Photo © Hey Paul via flickr.com, CC BY 2.0.
I’ve been to three conferences this summer, and seen dozens of talks: some short and some overlong; some riveting and some dull; some good and some bad. Wouldn’t it be nice if the good talks could be even better, and the bad talks a bit less bad? There are some difficult ways to accomplish that, but here’s an easy one: let’s all agree to leave the laser pointers to our cats. Continue reading
Photo: Working on the beach, © Yuvipanda CC BY 3.0 via Wikimedia.org. Not a photo of me – you couldn’t pay me enough to sit on a beach, working or no.
I took a 2-week vacation this summer. I packed some Dick Francis mystery novels, sunscreen, my swimsuit – and a half-dozen theses and manuscripts to work on.
I gather I’m not supposed to do that last part. Continue reading
I just finished serving on a Vice Presidential search committee. I think we made a great choice (time will tell, of course). It was obvious, though, that many of my colleagues could never be satisfied because they’re deeply and irredeemably suspicious of anyone willing to take on an administrative job.
One of the most frequent complaints I hear is that administrators are “out of touch” with the faculty and with their roots in academia. Continue reading
Illustration by John Tenniel for Lewis Carroll’s poem Jabberwocky (Carroll 1871, in Through the Looking-Glass, and What Alice Found There). Public domain.
I’ve been reading a thesis, getting ready for the defence. I’ve probably been an examiner (internal, external, or opponent) for close to a hundred defences, and I almost always enjoy them. Most students do, too – at least, those who have realized that their defence is more than (and less than) an exam. It’s a chance to share their pride in what they’ve done, and as they do so, they know more about that work than anybody else in the room. The defence is new for each student, of course, but by now they’re a comfortable routine for me.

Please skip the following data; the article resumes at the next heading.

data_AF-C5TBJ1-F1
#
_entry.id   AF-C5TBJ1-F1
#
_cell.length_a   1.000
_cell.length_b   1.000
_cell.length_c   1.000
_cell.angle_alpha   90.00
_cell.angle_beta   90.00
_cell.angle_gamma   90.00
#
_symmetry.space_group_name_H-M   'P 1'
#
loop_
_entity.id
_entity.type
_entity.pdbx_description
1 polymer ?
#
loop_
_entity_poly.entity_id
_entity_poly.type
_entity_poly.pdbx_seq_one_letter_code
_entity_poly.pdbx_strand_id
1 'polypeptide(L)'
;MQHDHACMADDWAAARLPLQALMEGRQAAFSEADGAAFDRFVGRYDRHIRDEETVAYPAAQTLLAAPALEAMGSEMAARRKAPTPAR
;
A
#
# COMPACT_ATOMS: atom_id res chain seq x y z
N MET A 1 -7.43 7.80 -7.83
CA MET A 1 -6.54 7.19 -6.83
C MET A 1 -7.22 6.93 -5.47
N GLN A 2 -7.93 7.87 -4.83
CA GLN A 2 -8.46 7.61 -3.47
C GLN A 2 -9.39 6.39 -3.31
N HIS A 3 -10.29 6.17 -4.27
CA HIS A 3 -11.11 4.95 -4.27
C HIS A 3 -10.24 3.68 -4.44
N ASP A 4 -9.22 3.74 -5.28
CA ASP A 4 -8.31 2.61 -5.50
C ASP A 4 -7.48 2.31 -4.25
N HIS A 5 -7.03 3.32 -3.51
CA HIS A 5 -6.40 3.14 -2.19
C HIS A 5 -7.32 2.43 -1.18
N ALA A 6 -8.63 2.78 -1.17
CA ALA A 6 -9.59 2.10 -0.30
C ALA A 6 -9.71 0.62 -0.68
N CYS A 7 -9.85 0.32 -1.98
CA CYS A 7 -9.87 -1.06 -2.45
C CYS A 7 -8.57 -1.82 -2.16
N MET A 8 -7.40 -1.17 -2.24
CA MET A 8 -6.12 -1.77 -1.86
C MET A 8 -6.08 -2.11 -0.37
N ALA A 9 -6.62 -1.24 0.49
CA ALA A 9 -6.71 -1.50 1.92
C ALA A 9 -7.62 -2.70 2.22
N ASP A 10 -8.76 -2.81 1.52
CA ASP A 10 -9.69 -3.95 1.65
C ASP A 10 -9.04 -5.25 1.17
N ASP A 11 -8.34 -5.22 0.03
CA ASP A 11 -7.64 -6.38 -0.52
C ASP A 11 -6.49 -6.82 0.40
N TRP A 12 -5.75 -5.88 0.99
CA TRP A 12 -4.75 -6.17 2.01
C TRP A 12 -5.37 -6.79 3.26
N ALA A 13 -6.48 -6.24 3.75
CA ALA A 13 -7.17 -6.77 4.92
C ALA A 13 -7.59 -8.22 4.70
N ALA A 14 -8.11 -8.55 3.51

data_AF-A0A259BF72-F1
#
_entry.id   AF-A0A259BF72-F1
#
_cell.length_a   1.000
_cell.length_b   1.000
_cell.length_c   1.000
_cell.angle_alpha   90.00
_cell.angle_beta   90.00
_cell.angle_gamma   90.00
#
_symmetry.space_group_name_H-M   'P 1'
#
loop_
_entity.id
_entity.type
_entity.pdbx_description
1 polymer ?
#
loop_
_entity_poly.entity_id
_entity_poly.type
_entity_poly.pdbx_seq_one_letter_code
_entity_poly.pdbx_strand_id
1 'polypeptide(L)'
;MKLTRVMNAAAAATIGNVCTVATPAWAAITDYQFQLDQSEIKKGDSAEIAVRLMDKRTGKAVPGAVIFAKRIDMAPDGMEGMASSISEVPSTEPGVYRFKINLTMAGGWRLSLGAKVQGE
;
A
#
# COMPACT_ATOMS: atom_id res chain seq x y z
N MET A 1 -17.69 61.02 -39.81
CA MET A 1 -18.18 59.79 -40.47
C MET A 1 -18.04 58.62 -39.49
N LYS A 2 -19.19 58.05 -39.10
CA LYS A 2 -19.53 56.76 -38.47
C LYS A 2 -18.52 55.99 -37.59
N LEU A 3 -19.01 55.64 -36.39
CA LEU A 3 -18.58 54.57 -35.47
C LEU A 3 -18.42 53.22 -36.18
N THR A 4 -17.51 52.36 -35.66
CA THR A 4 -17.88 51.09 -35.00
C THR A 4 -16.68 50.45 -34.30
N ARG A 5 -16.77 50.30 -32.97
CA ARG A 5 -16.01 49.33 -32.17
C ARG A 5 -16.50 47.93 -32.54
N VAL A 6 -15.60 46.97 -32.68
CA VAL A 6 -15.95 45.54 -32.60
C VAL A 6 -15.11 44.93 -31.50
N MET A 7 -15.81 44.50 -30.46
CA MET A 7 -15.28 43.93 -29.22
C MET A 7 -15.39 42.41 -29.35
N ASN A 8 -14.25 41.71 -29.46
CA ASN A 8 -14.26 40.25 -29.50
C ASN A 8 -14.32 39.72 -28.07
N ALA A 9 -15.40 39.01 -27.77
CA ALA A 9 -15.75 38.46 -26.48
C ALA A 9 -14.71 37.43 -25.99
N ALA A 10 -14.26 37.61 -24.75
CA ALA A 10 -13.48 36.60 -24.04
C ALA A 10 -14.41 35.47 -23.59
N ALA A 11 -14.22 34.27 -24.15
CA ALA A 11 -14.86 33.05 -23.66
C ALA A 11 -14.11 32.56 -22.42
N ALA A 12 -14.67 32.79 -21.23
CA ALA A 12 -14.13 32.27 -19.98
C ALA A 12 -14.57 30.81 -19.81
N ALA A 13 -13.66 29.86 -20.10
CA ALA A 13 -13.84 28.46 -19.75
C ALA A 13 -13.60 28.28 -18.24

Last year, though, I found myself an examiner for a thesis that yanked me out of my routine. It was a creative-writing MA thesis in our Department of English. Continue reading
Photo: Four introverts in far more public eye than I’ll ever be. Clockwise from top left: Marlon Brando, photo Carl Van Vechten, public domain; Lady Gaga, photo Gabrisagacre14 via wikimedia.org, CC BY-SA 4.0; Jimi Hendrix, photo A. Vente via Beeld en Geluidwiki, CC BY-SA 3.0 NL; Greta Garbo, photo MGM (work for hire), public domain.
I told the story, a while back, of how I survive conferences, given that I’m an introvert and don’t particularly like putting myself out there. Quite a few people told me they were surprised to learn I consider myself introverted. In part, this reflects decades of practice at pretending otherwise, at least when professionally and socially necessary. But it occurs to me that there’s another reason people might be surprised: I blog (obviously), and that means every week, I put myself out there by posting an opinion for all to read. Why, one might quite reasonably ask, would an introvert do that? Continue reading
Figure: Time series for two populations, each fluctuating in size. At time zero, I start a long-terms study, and can choose either of the two populations (open circles). At some other time, I recensus (closed circles). Red arrows show net population change.
On any given day it’s hard not to notice another headline about a population in decline. Amphibians are in decline, songbirds are in decline, bumblebees are in decline, fish stocks are in decline. Nature is under relentless human pressure, both direct and indirect, and before I proceed to make my point today, I need to be very clear that this pressure is real and severe and I don’t doubt for a moment that it’s driving down population sizes of many, many species.
But there’s a very simple but pervasive statistical problem with the data behind population declines. Continue reading
Photo: Me hijacking my own talk at CSEE 2016 to shamelessly plug my book. I don’t look all that old, right? Photo © Alex Smith, with permission.
I’ve just (as I write this) come from my favourite yearly conference: the Canadian Society for Ecology and Evolution. It’s my favourite for a number of reasons – among them, really superb science, a broad range of topics, and a lot of friends. (The latter makes a big difference when you’re conferencing as an introvert.)
I’ve realized something a little bit disturbing. When I went to my first conference (the Ecological Society of America meeting in 1993, I think), I was young, and a rookie. I watched the grey-haired old fogeys whose names I knew from the literature, and I knew I should introduce myself and get to know them, but it was hard. But now, in 2016, I have become a grey-haired old fogey*. Continue reading